Many Hands Make Light Work
Effective lung cancer treatment requires industry collaboration and good timing
Camille Hertzka | | Opinion
When I started my career in pharma 15 years ago, lung cancer was a fatal disease. Most patients (around 85 percent) were diagnosed at stage IV. This meant that the disease was no longer limited to the lungs, but had spread throughout the body. With limited treatment options, life expectancy was approximately 12 months. The seriousness of the condition also led many patients to believe that testing and treatment were futile. Today, we have a better understanding of cancer biology. Now, more patients are diagnosed early, before the disease has spread. The introduction of personalized medicine is also transforming patient
Despite these improvements, the five-year survival rate for lung cancer remains among the lowest of all cancer types. Last year, more than 140,000 people in the US alone died from the disease, representing nearly 25 percent of all US cancer-related deaths (1) And although precision medicine and biomarker testing have been important, their adoption isn’t widespread. Universal biomarker testing, for example, is not yet the standard of care. Recent data indicates that only 7 percent of non-small cell lung cancer patients receiving care in community oncology practices received comprehensive testing for all biomarkers recommended in the National Comprehensive Cancer Network guidelines (2). We must ensure that all eligible patients receive appropriate testing and that oncology providers know to collect samples for all patients – even those with early-stage disease.
As part of its Major Pathologic Response Project, the Lung Ambition Alliance is validating surrogate endpoints to accelerate drug approval in early settings. We are also using our understanding of the molecular features of cancer to identify patients at high risk of early relapse and those who may benefit most from therapeutic intervention. As we make strides in developing new diagnostic tests and targeted therapies, provider education is essential to ensure eligible patients receive timely testing and treatment.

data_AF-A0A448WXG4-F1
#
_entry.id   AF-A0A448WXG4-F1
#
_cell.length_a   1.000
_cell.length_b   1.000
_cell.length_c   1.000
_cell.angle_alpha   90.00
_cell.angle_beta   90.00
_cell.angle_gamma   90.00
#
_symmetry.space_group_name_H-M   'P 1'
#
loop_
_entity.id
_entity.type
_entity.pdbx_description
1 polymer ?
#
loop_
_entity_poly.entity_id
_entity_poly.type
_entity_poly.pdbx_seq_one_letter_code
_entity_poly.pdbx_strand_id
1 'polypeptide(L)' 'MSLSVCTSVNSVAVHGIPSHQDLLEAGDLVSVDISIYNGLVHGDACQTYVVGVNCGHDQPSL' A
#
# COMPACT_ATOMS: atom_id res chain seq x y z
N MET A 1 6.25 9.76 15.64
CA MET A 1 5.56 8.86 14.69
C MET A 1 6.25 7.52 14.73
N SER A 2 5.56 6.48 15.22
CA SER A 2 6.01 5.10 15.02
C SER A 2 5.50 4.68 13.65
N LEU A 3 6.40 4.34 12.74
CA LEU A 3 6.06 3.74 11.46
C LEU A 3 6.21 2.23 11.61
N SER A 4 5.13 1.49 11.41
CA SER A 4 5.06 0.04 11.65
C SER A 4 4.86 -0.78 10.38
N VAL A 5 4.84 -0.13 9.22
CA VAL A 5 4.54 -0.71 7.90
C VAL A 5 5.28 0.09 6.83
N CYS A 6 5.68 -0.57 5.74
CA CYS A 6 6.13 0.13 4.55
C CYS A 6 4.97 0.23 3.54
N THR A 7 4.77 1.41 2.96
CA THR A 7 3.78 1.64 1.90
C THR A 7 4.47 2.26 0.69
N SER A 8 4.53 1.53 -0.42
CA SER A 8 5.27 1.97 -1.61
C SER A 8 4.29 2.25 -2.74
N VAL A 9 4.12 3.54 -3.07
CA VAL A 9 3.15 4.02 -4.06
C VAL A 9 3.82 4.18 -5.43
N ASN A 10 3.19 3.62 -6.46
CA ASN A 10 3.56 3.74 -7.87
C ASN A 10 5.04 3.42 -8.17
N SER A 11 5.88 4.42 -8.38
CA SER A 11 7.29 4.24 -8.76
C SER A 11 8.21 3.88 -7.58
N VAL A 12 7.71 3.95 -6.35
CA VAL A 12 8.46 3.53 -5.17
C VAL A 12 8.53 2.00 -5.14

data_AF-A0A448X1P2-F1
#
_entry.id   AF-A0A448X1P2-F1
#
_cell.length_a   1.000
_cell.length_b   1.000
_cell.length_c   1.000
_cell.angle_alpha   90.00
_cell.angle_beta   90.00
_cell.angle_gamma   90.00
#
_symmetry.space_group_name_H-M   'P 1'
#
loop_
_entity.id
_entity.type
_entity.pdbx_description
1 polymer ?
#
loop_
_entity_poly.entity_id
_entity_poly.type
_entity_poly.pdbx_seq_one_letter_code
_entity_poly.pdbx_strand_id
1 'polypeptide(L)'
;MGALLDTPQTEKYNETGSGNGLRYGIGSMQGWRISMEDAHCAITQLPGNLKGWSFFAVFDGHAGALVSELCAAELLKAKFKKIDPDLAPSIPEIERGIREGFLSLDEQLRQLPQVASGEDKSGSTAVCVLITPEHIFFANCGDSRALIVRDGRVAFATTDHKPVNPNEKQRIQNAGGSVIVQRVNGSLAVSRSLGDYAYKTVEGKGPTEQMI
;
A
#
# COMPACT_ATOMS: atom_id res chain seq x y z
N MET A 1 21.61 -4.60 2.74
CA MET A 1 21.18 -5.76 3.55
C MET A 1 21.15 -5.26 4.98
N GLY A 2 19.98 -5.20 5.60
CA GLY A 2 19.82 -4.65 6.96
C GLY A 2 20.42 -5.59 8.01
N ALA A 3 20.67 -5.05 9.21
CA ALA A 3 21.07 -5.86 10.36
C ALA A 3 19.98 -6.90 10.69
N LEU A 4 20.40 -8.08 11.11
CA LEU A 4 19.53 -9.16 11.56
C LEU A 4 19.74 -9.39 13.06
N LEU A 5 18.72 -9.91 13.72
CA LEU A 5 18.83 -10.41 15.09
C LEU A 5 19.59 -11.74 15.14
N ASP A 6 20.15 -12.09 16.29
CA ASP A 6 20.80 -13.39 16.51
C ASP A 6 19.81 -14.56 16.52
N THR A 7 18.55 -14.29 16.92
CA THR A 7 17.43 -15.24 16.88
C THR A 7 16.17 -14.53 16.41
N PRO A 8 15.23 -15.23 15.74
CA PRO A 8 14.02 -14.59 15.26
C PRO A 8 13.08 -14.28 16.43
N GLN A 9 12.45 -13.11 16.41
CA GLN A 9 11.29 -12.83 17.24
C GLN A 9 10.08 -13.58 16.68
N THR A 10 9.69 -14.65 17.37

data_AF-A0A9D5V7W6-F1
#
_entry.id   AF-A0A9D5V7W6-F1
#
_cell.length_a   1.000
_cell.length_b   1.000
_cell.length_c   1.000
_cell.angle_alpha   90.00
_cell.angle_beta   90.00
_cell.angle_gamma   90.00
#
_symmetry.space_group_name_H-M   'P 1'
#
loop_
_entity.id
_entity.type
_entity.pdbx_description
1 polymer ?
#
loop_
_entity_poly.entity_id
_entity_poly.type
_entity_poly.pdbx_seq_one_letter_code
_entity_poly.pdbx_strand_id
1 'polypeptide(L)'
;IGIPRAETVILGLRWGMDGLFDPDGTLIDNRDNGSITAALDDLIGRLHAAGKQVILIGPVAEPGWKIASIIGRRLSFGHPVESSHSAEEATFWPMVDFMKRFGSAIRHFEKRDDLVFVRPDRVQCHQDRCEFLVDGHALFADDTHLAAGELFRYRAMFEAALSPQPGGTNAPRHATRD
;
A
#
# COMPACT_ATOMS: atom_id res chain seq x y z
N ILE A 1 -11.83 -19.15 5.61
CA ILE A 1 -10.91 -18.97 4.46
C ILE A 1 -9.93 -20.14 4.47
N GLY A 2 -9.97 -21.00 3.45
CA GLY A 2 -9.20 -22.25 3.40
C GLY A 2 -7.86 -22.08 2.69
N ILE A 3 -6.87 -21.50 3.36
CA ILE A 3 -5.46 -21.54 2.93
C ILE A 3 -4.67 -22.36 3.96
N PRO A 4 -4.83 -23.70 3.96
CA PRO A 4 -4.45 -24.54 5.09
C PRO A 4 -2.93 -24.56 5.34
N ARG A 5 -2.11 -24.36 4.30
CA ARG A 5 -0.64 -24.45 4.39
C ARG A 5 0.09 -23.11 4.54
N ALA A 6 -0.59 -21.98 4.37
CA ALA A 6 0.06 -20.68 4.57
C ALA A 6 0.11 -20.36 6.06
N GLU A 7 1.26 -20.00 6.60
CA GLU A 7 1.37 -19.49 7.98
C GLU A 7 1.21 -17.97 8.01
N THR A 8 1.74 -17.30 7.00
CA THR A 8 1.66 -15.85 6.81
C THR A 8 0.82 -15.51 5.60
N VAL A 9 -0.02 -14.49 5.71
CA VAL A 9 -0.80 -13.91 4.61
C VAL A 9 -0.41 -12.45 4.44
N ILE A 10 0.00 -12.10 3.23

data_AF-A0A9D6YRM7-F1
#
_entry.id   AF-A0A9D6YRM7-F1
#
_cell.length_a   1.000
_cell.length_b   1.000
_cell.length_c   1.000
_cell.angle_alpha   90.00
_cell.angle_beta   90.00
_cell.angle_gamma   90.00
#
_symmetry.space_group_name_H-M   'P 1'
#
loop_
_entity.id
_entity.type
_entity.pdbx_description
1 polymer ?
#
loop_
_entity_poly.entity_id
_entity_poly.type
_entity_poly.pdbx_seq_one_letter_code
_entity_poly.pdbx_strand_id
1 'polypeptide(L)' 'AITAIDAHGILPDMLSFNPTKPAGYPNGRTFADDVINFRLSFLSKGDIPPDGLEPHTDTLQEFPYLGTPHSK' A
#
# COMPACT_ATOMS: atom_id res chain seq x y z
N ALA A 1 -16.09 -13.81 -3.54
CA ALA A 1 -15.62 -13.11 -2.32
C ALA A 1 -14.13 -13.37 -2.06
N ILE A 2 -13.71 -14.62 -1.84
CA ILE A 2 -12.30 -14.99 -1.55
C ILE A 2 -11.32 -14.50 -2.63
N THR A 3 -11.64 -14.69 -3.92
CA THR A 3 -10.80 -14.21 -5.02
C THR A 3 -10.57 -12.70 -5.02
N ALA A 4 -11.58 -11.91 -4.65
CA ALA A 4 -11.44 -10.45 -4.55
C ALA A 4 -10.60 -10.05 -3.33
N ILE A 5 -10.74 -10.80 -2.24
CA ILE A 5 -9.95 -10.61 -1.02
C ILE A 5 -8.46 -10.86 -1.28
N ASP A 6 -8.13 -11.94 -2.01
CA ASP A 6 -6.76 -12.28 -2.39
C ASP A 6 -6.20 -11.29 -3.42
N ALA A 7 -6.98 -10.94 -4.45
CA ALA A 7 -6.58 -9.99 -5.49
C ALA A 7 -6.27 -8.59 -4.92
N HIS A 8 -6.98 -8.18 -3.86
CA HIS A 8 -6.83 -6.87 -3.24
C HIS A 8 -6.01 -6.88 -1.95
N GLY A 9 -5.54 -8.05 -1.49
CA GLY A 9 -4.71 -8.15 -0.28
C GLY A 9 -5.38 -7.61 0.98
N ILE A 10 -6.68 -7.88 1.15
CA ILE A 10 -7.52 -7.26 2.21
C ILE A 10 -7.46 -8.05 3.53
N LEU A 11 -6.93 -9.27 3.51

Ultimately, no progress is possible alone. In my opinion, collaboration and the ability to ensure that medicines get to patients at the right time are crucial factors in our continued progress. Through partnership, we can better understand all aspects of the patient journey, hear the patient’s voice, and holistically address cancer care and treatment disparities. And companies across the industry are beginning to respond to our call to engage in this important battle. The Lung Ambition Alliance, which is led by AstraZeneca, the Global Lung Cancer Coalition, the International Association for the Study of Lung Cancer, and Guardant Health, recently announced that five companies would join on as project partners (Bristol Myers Squibb, Eli Lilly and Company, Genentech, Merck, and Novartis). (A strong collaboration like this will help bring treatments to patients faster – but is it enough to realize a future without lung cancer?
Though I cannot accurately predict this, I can share my aspirations. Lung cancer is not one single disease; rather, it is multiple. If we can develop targeted therapies for each of them and ensure that patients enjoy the best quality of life during treatment, then, in my view, we will have made considerable progress. I want us to work together to redefine the treatment landscape and, one day, eliminate lung cancer as a cause of death.
When it comes to facing lung cancer, there is more hope than ever. From the potential to screen and diagnose early to treatment options tailored for each patient to holistic quality care – we’ve already seen important advances. But we can’t stop now. My mantra is, “No rest until no lung cancer!”
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- American Cancer Society, “Key Statistics for Lung Cancer” (2020) Available at https://bit.ly/2ZsiwGE.
- HJ Gierman et al., “Genomic testing and treatment landscape in patients with advanced non-small cell lung cancer (aNSCLC) using real-world data from community oncology practices,” J. Clin. Oncol., 37, 1585 (2019).